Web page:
Sweden has taken heavy criticism for refusing to issue a nationwide lockdown while facing the COVID-19 pandemic. But on Wednesday, the World Health Organization praised the Scandinavian country as a "model" for managing the virus without shutting down its economy.
What are the details?
The New York Post reported that WHO's chief emergencies expert, Dr. Mike Ryan, told reporters during a news conference that there are "lessons to be learned" from Sweden, "which has largely relied on citizens to self-regulate" during the crisis.
"I think there's a perception out that Sweden has not put in control measures and just has allowed the disease to spread," Ryan said. "Nothing can be further from the truth."
Instead of mandating mass closures, Sweden's residents have been advised to maintain social distancing, work from home when possible, and to avoid contact with the elderly. Schools for kids up to the age of 16 remain open, along with restaurants, bars, and shops, according to Newsweek.
Ryan explained that in lieu of a national lockdown, Sweden "put in place a very strong public policy around social distancing, around caring and protecting people in long term care facilities."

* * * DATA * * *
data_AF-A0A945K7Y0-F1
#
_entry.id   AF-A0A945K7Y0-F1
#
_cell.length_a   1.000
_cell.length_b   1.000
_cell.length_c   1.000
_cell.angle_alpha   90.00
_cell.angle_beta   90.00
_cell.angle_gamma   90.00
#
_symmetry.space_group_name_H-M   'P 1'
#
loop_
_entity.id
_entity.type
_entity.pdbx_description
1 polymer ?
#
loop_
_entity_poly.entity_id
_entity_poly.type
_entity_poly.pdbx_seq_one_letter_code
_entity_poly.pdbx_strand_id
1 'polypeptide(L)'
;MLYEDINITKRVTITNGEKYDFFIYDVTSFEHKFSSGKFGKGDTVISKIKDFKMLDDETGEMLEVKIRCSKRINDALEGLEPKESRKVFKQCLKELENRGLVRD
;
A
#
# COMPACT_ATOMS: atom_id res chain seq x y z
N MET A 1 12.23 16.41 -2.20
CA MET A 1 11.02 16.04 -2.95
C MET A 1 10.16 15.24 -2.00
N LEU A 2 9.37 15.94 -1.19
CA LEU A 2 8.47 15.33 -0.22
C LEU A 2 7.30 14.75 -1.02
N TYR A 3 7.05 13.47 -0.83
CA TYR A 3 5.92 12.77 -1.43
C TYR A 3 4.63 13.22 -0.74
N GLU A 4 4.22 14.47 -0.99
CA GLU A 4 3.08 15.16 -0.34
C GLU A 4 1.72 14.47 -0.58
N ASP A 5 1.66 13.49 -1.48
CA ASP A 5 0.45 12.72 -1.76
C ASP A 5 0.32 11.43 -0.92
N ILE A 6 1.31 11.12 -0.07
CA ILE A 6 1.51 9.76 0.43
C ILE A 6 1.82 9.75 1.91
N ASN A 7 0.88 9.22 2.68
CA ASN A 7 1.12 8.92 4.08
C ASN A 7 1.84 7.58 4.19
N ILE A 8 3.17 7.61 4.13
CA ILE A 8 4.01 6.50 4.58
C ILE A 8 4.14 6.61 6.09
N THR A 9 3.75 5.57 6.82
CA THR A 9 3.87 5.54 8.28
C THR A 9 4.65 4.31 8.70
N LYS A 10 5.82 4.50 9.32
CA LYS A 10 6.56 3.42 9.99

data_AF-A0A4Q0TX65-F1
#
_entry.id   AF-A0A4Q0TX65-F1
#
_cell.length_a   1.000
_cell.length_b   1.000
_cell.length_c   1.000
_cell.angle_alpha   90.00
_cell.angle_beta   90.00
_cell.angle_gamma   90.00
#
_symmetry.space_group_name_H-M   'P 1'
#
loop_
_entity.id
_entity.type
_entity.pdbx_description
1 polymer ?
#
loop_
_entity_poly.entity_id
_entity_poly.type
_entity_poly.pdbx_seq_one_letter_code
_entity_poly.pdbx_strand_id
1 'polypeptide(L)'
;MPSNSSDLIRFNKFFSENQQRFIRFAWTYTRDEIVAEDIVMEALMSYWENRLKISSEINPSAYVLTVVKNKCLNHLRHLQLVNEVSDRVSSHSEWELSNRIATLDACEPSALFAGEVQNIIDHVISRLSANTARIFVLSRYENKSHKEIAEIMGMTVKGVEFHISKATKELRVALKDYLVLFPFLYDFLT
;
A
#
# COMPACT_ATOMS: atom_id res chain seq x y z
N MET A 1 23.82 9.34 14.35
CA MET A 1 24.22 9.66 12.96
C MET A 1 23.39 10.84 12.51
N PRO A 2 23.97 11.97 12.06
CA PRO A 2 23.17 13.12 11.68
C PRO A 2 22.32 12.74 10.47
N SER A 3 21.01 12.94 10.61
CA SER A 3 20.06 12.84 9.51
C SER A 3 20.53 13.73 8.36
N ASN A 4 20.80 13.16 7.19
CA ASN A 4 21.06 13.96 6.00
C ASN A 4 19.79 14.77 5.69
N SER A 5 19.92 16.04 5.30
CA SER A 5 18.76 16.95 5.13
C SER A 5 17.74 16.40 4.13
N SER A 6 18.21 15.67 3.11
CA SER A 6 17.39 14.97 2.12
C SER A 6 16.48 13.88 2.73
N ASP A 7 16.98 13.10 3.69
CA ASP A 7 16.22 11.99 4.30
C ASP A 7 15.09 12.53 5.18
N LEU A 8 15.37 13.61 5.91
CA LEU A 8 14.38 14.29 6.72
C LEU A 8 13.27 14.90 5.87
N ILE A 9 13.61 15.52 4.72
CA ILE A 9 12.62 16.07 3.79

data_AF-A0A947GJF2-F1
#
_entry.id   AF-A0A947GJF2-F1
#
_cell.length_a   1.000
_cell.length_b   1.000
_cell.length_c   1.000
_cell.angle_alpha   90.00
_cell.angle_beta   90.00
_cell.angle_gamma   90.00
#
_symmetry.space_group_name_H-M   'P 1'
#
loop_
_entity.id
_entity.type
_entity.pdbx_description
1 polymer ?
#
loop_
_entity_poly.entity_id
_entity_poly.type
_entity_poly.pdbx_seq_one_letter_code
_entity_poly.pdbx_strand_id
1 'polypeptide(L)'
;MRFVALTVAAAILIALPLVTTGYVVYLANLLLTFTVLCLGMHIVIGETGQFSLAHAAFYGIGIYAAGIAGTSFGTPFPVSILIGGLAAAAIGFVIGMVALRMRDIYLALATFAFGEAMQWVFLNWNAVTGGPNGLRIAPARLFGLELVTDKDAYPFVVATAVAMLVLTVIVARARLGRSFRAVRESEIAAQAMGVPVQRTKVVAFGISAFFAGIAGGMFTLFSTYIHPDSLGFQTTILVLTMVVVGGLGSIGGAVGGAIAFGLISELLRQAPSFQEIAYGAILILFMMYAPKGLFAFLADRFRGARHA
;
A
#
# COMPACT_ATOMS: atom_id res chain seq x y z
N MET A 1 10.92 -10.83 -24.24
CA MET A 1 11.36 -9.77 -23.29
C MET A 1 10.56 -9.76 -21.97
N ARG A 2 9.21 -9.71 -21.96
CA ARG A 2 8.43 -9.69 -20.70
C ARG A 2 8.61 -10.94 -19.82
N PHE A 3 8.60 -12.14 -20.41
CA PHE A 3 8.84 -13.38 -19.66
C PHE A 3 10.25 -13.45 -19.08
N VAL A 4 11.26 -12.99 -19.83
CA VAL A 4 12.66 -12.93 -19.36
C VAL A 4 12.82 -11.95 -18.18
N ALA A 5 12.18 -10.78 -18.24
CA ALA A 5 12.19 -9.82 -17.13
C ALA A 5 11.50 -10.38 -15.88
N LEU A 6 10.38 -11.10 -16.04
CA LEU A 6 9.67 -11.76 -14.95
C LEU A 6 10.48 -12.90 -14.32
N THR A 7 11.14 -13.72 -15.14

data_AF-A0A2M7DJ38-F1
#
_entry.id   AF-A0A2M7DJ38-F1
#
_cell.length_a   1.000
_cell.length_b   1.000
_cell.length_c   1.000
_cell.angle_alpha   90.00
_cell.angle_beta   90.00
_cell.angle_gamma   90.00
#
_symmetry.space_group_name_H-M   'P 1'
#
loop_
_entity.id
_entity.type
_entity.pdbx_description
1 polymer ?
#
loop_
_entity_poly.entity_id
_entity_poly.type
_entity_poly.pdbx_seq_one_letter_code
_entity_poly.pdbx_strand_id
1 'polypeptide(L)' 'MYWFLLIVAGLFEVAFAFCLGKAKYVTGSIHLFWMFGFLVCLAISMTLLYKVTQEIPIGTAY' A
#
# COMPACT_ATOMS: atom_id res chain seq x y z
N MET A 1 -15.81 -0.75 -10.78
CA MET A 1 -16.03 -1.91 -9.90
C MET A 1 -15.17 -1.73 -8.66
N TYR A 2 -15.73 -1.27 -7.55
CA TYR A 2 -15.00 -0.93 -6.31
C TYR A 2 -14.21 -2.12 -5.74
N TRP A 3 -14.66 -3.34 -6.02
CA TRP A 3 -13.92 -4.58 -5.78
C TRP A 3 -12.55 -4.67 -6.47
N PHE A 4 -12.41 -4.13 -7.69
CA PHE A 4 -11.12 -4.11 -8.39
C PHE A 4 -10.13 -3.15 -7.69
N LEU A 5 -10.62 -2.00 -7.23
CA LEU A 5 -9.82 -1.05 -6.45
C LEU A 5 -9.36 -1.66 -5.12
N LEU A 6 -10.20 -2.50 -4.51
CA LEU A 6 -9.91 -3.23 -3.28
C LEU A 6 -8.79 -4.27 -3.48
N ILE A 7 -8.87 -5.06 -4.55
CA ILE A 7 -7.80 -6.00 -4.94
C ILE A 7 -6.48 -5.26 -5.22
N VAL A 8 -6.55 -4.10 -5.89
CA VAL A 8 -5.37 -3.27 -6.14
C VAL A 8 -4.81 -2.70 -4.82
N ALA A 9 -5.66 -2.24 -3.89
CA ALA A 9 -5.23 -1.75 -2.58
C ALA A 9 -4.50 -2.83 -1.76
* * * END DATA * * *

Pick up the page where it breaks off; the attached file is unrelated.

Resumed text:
"What it has done differently is it has very much relied on its relationship with its citizenry and the ability and willingness of its citizens to implement self-distancing and self-regulate," he continued. "In that sense, they have implemented public policy through that partnership with the population."
Ryan added, "I think if we are to reach a new normal, Sweden represents a model if we wish to get back to a society in which we don't have lockdowns."
Sweden has implemented some restrictions during the coronavirus outbreak, such as banning gatherings of more than 50 people and requiring high schools and universities to teach courses online rather than on-site.
Newsweek reported that last month, nearly 2,300 academics signed an open letter to the Swedish government, urging leaders to impose similar lockdown measures implemented by nearly every country in reaction to the coronavirus. But the nation's leaders refused.
While Sweden's death toll from the virus is higher than other Nordic countries at more than 2,100, the epidemiologist leading the country's response said their anti-lockdown strategy places the nation in a better position to face a possible second wave of COVID-19.
Anders Tegnell told CNBC, "We believe that we have an immunity level, if I remember rightly, somewhere between 15-20 percent of the population in Stockholm," the capital of Sweden.
"This is not complete herd immunity," Tegnell said, "but it will definitely affect the reproduction rate and slow down the spread" of a second wave.
Tegnell said he expects Stockholm, where most of the country's 17,500 coronavirus cases have been reported, will reach herd immunity within "a few weeks' time."
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